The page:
Gordon Brown's speech to the Labour Party conference was not, despite all the advance billing, the speech of his life: it was nothing like the prime-ministerial tour de force he had delivered the year before. But then it did not need to be. It was a thoroughly competent and confident performance, which did more than enough to stake his claim to be the party's next leader and the country's next Prime Minister.
Mr Brown set about his task methodically, tackling the personal questions - relations with Tony Blair, the character issue and his Scottishness - head on. He admitted, with a certain low-key elegance, that he and Mr Blair had had their differences and that these had not always been well handled. He was generous to Mr Blair's political perspicacity, without being extravagant in praise. And he made an effort to say more about himself and his "values", accepting that people wanted to know more about him as a person. The "son of the manse" was probably more present in this speech than in any other he has made.
Mr Brown's difficulty was in reconciling the requirement to present his own programme for the future with the need not to reopen the damaging public slanging match that had broken out only three weeks before. After all, Mr Blair is still Prime Minister, possibly for the best part of the year ahead, and much of Mr Brown's claim to be Labour's next leader rests on his record as Chancellor in the Government of Tony Blair.
He managed, just about, to square the circle between continuity and change, but it was sometimes an uncomfortable process to watch. Where the past was concerned, he saw it as a joint Blair-Brown endeavour that successfully met the requirements of the times. It was changing times, rather than changing personalities or leaders, which - he argued - dictated the need for change in the future. "Because the challenges are quite different, the programme for governing will be quite different," as he put it. This was the cue for Mr Brown to separate his priorities and policies - albeit modestly - from those of Mr Blair. There were pledges of more devolution, public services increasingly tailored to the individual, and the half-suggestion of a written constitution. Here were a few tantalising hints of the changes that might await, but not much more.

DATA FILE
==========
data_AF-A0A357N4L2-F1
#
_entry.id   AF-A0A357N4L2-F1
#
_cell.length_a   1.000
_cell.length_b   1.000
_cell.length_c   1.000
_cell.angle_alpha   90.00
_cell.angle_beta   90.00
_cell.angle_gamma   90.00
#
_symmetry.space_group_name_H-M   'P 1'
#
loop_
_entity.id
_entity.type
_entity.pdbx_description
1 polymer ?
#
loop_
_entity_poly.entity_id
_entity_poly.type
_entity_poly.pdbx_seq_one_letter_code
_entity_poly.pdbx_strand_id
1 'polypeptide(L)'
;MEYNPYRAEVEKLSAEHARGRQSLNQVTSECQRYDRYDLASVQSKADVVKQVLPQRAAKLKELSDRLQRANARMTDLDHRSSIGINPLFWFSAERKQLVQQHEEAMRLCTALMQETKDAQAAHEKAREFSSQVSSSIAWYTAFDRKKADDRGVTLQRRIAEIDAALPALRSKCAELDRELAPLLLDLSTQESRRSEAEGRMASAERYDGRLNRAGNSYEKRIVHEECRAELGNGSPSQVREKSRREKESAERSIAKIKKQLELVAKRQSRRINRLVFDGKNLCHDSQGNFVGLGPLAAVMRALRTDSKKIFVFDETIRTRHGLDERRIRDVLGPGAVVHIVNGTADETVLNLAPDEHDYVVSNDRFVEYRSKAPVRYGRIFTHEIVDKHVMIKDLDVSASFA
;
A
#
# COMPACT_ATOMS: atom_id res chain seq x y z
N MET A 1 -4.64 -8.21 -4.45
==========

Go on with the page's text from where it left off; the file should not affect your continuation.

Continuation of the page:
For the rest, though, Mr Brown's policy statements veered from the reassuring - more emphasis on educational aspiration and environmental protection - to the unsurprising. There was also disappointment for the Labour left. While promising to make society, and government, more inclusive, Mr Brown spoke of "New Labour's renewal" being built upon "a flexible economy, reformed personalised services, public and private sectors ... working together". Translated, this suggested that he would continue the very reforms that so many on the left hoped the party might sideline, along with Mr Blair.
In terms of policy, Mr Brown's speech offered little advance on his speech of 2005 - which may be no bad thing in a Government that often seems to lurch from one new initiative to the next. Where it differed, was in tone. This time last year, the Chancellor spoke as Prime Minister in waiting, even though no date for the handover was even on the horizon. This year, with Mr Blair committed to leaving office within the year and David Cameron's Conservatives ahead of Labour in the polls, the context has changed. This was the speech of a job applicant - albeit an assured one - rather than an heir presumptive. In such complicated political circumstances, that was a characteristically prudent approach for this would-be Prime Minister to take.